Coveting Nature explores the ways in which botanists and entomologists worked in tandem with artists and illustrators to record and disseminate knowledge in the early modern period (1500-1800). Natural history owes much to the tradition of assembling cabinets of curiosity in which natural specimens were collected alongside objects with geological, ethnographic, and artistic significance. In this period, the refinement of printed images revolutionized the observational sciences. Increasingly sophisticated woodcuts and eventually engravings, which could be augmented with hand coloring, largely superseded hand-drawn images, more crude woodcuts, and verbal descriptions in scientific publications, while also appealing to artists and art lovers. These refined images were made by professional printmakers as well as by author-illustrators that engraved the plates for their own publications. “Coveting Nature” will also explore the early and significant contributions of female artists and naturalists, such as Maria Sibylla Merian (1647–1717), Anna Ruysch (1666-1754), and Elizabeth Blackwell (1707-1758), and their enduring legacy.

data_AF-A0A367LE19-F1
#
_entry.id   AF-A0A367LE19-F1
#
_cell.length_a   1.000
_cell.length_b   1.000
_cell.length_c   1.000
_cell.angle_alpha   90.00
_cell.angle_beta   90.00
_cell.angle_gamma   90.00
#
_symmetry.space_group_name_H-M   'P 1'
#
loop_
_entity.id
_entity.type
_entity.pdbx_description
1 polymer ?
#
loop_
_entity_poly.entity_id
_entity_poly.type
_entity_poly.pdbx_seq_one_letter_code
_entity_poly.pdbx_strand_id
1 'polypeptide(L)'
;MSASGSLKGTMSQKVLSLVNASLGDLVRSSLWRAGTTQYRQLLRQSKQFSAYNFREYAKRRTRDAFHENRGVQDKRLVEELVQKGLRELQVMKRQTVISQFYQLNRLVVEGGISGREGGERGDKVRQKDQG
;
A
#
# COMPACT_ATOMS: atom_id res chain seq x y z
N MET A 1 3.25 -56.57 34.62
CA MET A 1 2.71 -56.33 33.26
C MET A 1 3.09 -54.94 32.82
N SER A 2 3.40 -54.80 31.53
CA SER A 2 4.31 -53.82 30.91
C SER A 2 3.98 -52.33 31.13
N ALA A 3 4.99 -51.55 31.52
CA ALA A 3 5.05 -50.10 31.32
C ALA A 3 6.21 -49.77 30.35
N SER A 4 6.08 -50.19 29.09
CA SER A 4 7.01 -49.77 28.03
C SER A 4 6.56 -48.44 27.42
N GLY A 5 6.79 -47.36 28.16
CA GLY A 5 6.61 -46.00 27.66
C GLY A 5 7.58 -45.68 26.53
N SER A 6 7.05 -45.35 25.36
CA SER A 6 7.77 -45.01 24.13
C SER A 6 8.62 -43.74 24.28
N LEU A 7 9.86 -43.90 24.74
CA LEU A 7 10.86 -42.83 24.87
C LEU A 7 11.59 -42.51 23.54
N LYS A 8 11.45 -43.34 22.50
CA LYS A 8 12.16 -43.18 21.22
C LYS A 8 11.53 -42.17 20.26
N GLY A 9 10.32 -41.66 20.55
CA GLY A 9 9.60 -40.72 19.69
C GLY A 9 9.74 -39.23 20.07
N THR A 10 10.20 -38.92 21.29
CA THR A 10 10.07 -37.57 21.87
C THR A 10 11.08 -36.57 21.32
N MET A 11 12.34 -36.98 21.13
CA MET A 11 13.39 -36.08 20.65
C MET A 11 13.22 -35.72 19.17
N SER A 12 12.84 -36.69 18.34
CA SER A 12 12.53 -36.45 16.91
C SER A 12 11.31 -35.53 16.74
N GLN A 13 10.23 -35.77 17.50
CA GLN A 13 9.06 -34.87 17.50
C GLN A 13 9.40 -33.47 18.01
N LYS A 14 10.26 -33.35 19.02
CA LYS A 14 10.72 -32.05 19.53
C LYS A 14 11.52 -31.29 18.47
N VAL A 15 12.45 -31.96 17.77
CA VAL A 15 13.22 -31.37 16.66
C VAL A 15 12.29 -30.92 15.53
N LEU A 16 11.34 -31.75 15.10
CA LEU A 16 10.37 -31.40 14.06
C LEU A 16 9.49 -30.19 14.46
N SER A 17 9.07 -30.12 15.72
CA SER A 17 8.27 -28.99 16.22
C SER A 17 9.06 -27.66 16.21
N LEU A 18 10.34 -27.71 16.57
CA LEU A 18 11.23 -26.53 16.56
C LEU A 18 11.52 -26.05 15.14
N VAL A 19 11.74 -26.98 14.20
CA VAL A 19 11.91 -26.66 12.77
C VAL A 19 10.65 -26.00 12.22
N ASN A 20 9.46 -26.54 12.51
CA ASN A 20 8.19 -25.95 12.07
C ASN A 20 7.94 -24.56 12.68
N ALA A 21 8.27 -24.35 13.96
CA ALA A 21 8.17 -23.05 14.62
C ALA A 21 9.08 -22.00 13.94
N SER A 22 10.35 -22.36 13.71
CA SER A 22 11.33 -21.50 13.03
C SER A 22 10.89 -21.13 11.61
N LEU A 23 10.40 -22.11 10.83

Co-curated by Maureen Warren, curator of European and American art, and Anna Chen, curator at the Rare Book & Manuscript Library, University of Illinois Urbana-Champaign